The caption in the photo is a paraphrase of Golda Meir’s famous quote:

“We can forgive the Arabs for killing our children. We cannot forgive them for forcing us to kill their children. We will only have peace with the Arabs when they love their children more than they hate us.”

The caption in the photo says:

We can beat terror only when our Government will love our children more than they care about what the world says.

It is becoming obvious to any Israel-watcher that this is indeed the case.Why else has our pusillanimous government not carpet bombed the border area from which those deadly mortars are being launched, one of which killed little Daniel Tragerman on Friday, and a few of which injured several Israelis yesterday, and all of which have caused all the kibbutzim and moshavim along the Israeli side of the Gaza border to empty out completely.

Hundreds of Israelis left their homes along the border with the Gaza Strip on Monday, reflecting growing frustration over the war with Hamas and the Palestinian mortar fire raining down on their communities. Tens of thousands of Israelis have fled the area in nearly two months of fighting, which has turned the communities into virtual ghost towns.

With the school year fast approaching, the government began offering assistance to residents Monday in the first large-scale voluntary evacuation in nearly eight weeks of fighting.

Officials estimate that 70 percent of the 40,000 inhabitants of the farming communities along the Gaza border have left over the course of the fighting, including hundreds on Monday. Some went to stay with relatives and friends, while others are staying at hostels or were taken in by strangers who want to help fellow Israelis.

Fields that once yielded vegetables and flowers are barren and pockmarked by Palestinian mortar shells. Streets are empty and most homes eerily silent.

The government this week offered to help anxious Israelis close to the war zone leave their homes, the first time it has sponsored a large-scale evacuation.

“It is their right to leave, and we will assist them with temporary solutions,” Finance Minister Yair Lapid said in a TV interview

He’s darn right that it’s their right to leave. In fact it is their obligation to leave, to protect their own lives and the lives of their children. But it is the government’s obligation – not just a right – to act in order to protect their own citizens, not the enemy’s.  It is the government’s obligation to act to bring about a situation where our civilians can return home in peace and safety, and not have to abandon the territory.

Don’t think that the Palestinian Authority and Hezbollah are not watching and learning from Hamas’s victory. Why else are Lebanese terrorists now waking up and shooting rockets into northern Israel? They’re reckoning what worked for Hamas will work for Hezbollah. And soon enough it will work in Hebron and Jerusalem too if the government doesn’t act forcefully and quickly.

And don’t think too that Israel will earn the world’s esteem and admiration for taking so much care about Gaza’s civilians. Whatever we do, we are accused of genocide, apartheid, ethnic cleansing, baby-killing, land-theft,  and more (and probably the Icelandic volcano too. We just have to wait for it to erupt…). So if we’re going to be accused of the crime…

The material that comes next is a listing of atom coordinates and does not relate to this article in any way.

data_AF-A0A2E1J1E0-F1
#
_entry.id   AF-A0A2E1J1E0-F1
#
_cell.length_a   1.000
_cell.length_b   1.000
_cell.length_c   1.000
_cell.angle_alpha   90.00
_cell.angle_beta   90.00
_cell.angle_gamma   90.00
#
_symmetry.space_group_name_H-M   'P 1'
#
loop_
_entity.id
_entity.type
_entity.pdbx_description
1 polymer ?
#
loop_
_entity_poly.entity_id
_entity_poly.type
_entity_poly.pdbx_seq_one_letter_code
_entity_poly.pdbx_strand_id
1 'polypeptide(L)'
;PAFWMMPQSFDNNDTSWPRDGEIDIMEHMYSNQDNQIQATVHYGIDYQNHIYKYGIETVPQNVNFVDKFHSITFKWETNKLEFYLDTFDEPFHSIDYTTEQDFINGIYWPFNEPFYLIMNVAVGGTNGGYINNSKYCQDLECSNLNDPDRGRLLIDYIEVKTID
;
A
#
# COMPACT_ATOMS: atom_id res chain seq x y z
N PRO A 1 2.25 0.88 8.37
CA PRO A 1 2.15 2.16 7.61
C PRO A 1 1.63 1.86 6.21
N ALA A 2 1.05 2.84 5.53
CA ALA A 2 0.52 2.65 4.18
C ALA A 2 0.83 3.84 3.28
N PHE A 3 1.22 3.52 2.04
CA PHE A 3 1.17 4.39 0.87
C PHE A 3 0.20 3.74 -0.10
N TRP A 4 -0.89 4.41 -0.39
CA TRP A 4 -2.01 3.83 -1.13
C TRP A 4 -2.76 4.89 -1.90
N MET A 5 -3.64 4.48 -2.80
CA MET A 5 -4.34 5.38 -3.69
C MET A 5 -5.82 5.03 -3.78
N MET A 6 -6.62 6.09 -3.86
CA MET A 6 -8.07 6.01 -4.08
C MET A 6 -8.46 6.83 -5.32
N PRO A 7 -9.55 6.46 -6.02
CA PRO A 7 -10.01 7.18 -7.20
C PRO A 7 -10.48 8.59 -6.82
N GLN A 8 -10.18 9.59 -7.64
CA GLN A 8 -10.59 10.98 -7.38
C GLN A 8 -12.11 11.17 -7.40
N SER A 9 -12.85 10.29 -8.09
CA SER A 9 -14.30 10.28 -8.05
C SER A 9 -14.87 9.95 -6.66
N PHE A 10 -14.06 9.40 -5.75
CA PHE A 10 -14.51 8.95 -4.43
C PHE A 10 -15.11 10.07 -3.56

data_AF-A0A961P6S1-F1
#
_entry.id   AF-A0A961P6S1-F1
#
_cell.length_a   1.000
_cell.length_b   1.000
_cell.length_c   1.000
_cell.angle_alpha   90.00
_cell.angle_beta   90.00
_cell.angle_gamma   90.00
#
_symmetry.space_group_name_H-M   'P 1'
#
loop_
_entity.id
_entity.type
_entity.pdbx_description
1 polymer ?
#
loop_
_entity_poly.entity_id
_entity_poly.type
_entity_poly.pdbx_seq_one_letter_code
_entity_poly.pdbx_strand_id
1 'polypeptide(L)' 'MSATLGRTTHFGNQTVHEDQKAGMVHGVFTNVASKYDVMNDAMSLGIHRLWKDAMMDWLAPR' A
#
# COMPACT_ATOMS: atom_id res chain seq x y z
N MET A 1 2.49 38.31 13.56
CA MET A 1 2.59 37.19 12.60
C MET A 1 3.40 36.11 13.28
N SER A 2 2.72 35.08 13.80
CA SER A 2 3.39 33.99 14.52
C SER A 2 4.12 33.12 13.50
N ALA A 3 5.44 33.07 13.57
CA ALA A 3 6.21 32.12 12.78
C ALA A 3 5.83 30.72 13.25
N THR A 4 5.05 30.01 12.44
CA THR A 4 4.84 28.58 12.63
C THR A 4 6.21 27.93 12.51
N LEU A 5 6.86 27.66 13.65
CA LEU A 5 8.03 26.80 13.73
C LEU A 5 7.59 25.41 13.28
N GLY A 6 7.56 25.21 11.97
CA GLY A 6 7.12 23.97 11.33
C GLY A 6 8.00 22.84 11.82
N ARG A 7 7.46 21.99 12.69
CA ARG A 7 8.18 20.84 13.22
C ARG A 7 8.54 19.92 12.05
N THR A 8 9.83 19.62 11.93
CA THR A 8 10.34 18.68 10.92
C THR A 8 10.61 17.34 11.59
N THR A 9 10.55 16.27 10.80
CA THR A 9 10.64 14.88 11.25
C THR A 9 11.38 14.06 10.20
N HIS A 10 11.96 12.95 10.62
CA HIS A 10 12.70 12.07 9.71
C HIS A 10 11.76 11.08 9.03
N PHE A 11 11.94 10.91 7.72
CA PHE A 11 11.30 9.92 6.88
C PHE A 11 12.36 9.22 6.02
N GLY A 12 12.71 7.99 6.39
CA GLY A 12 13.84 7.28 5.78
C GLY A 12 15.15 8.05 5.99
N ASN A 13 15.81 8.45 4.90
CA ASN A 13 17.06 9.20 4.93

I’m not suggesting we go out and commit mass murder of Gaza civilians. On the contrary. We should carry on giving them warning of impending attacks. But then we should attack – not hold off because there might still be a civilian present, whether voluntarily or human shield. International law does not demand that of us, and we don’t need to be holier than the US and NATO in Iraq, Syria, Libya and Afghanistan.

Confirming our suspicions that the government is more worried about world opinion or some specious version of morality, in which the enemy’s civilians are more precious and more necessary to save than our own civilians, watch this shocking video from Channel 10 news (h/t Naomi Ragen’s email list):

The English translation:

Published on 25 Aug 2014

Channel 10 reporter reveals that the IDF has advised the residents of Nahal Oz that

the five mortar launchers that have been the source of deadly mortar fire since the start of the operation include 3 that have not been destroyed by the IDF because they are located next to school where Gazans have taken refuge and the other two are located next to houses whose occupants the IDF hasn’t yet managed to get in touch with in order to request that they leave. As a result, these mortars have been firing at Nahal Oz for 49 days.

This morning we learn that the IDF finally bombed the school from which the lethal mortar was launched on Friday. But if the school had been bombed earlier, along that whole swathe from where the mortars were being launched, Daniel Tragerman might very well have been alive today.

Victory over Hamas anyone? You’ve got to be joking!

And if Netanyahu thinks he’s going to earn brownie points where it really counts – in the Israeli ballot box – he’s much mistaken. His popularity, which had been soaring in the high 80s or more during Operation Protective Edge, has now plummeted to 38% because of his poor handling of the aftermath (or continuation) of the war.

Posted in Defence and Military, Lawfare and Delegitimization, Terrorism | Tagged , , , , , , , | 2 Comments

The Media Intifada – looking at the media’s anti-Israel bias